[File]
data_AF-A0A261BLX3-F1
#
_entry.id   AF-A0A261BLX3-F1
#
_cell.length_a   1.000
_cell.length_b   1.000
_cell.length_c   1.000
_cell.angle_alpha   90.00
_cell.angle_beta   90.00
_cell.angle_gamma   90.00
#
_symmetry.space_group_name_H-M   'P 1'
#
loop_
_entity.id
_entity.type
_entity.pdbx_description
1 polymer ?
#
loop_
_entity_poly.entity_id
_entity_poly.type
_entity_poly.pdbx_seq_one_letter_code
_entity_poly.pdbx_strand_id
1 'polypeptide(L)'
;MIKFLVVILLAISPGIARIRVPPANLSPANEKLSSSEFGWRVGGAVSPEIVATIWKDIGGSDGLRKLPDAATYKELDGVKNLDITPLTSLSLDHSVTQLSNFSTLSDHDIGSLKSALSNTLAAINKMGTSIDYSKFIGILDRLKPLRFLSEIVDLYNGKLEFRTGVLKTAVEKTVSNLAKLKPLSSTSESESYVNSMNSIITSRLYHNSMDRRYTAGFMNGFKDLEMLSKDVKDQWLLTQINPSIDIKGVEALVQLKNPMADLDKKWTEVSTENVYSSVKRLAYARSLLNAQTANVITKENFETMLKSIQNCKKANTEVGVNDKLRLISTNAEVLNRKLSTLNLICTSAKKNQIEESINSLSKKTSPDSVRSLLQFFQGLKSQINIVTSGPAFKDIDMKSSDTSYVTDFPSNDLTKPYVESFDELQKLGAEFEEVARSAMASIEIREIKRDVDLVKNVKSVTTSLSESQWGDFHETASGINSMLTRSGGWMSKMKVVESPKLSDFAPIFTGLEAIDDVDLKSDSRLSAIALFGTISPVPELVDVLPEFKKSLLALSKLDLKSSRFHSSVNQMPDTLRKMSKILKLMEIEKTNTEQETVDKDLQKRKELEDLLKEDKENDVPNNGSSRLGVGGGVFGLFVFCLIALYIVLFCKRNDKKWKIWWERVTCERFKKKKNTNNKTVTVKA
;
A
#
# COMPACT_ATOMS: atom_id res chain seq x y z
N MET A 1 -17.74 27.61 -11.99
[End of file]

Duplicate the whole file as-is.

data_AF-A0A261BLX3-F1
#
_entry.id   AF-A0A261BLX3-F1
#
_cell.length_a   1.000
_cell.length_b   1.000
_cell.length_c   1.000
_cell.angle_alpha   90.00
_cell.angle_beta   90.00
_cell.angle_gamma   90.00
#
_symmetry.space_group_name_H-M   'P 1'
#
loop_
_entity.id
_entity.type
_entity.pdbx_description
1 polymer ?
#
loop_
_entity_poly.entity_id
_entity_poly.type
_entity_poly.pdbx_seq_one_letter_code
_entity_poly.pdbx_strand_id
1 'polypeptide(L)'
;MIKFLVVILLAISPGIARIRVPPANLSPANEKLSSSEFGWRVGGAVSPEIVATIWKDIGGSDGLRKLPDAATYKELDGVKNLDITPLTSLSLDHSVTQLSNFSTLSDHDIGSLKSALSNTLAAINKMGTSIDYSKFIGILDRLKPLRFLSEIVDLYNGKLEFRTGVLKTAVEKTVSNLAKLKPLSSTSESESYVNSMNSIITSRLYHNSMDRRYTAGFMNGFKDLEMLSKDVKDQWLLTQINPSIDIKGVEALVQLKNPMADLDKKWTEVSTENVYSSVKRLAYARSLLNAQTANVITKENFETMLKSIQNCKKANTEVGVNDKLRLISTNAEVLNRKLSTLNLICTSAKKNQIEESINSLSKKTSPDSVRSLLQFFQGLKSQINIVTSGPAFKDIDMKSSDTSYVTDFPSNDLTKPYVESFDELQKLGAEFEEVARSAMASIEIREIKRDVDLVKNVKSVTTSLSESQWGDFHETASGINSMLTRSGGWMSKMKVVESPKLSDFAPIFTGLEAIDDVDLKSDSRLSAIALFGTISPVPELVDVLPEFKKSLLALSKLDLKSSRFHSSVNQMPDTLRKMSKILKLMEIEKTNTEQETVDKDLQKRKELEDLLKEDKENDVPNNGSSRLGVGGGVFGLFVFCLIALYIVLFCKRNDKKWKIWWERVTCERFKKKKNTNNKTVTVKA
;
A
#
# COMPACT_ATOMS: atom_id res chain seq x y z
N MET A 1 -17.74 27.61 -11.99